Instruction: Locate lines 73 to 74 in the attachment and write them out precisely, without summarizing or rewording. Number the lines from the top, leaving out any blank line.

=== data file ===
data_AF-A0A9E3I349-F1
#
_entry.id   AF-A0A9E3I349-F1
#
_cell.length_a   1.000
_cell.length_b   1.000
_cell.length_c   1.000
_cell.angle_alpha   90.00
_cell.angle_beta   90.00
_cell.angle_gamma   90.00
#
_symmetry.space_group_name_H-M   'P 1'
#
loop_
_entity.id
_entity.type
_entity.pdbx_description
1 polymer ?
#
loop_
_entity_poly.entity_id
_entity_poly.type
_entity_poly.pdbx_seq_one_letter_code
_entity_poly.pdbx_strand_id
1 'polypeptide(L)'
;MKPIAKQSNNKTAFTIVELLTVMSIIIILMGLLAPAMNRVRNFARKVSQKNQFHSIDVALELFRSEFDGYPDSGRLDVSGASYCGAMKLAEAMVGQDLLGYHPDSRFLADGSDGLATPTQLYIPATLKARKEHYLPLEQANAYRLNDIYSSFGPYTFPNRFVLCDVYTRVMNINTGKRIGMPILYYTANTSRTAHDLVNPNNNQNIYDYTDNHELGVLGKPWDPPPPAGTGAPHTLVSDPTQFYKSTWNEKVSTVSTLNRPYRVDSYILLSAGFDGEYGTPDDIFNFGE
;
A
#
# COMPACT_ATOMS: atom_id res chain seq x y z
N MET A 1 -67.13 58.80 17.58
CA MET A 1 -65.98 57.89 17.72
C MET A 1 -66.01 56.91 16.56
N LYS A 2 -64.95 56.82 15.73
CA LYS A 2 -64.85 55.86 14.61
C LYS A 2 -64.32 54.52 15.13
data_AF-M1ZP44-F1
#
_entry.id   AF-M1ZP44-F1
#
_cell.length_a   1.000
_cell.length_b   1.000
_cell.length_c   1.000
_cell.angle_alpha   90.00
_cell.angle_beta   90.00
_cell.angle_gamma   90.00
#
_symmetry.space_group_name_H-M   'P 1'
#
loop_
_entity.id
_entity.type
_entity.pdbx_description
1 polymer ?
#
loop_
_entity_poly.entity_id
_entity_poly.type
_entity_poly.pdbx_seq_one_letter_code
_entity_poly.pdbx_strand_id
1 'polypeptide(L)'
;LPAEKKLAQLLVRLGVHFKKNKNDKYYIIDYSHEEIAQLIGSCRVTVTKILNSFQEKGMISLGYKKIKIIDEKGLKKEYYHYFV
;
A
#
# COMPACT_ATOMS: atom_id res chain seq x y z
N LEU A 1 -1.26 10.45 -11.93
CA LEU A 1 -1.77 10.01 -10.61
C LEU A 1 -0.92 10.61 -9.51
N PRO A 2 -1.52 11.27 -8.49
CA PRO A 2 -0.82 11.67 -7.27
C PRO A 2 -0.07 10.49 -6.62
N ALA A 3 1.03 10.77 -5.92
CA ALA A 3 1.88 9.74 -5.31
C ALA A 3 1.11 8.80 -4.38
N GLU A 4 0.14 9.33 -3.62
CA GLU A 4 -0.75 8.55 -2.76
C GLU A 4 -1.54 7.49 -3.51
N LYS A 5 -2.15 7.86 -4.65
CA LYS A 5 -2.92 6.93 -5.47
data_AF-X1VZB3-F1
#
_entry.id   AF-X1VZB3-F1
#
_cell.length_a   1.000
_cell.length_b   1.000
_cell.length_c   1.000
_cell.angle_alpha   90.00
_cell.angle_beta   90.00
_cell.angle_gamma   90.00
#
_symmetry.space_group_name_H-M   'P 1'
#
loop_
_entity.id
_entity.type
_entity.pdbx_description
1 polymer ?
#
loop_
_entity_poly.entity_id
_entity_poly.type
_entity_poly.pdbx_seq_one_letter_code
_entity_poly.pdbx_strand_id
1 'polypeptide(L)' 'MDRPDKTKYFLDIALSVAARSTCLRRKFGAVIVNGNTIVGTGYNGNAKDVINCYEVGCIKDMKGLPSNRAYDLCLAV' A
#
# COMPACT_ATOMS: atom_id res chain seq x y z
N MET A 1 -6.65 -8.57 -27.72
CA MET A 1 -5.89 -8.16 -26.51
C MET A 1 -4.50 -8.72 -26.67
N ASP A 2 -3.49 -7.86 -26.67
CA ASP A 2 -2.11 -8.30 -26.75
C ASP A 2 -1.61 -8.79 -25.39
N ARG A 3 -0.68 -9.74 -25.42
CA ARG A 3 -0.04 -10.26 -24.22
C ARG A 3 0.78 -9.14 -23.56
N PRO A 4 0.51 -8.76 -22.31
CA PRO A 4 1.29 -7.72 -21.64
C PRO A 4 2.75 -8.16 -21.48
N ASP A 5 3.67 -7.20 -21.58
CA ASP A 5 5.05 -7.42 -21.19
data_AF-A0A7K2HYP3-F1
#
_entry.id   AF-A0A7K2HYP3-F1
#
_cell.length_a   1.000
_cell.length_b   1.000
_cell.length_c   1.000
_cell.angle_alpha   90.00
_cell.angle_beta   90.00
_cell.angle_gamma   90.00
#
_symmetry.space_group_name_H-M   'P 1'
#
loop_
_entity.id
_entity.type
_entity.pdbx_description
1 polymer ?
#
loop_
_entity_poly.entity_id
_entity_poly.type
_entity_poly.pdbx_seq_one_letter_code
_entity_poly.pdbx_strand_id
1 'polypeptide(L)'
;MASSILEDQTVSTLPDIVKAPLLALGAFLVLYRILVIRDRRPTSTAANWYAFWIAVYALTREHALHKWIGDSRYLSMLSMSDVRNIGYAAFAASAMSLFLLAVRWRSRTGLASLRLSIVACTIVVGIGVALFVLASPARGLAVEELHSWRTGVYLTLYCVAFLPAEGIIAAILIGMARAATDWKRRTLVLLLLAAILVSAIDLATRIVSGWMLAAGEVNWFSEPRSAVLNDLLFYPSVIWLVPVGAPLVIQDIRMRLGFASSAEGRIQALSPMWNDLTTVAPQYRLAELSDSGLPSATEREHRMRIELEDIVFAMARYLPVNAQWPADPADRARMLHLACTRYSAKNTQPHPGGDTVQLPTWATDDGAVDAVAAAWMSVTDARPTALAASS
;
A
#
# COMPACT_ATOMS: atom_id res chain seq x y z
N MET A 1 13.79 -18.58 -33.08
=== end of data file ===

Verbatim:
N ALA A 3 1.03 10.77 -5.92
CA ALA A 3 1.88 9.74 -5.31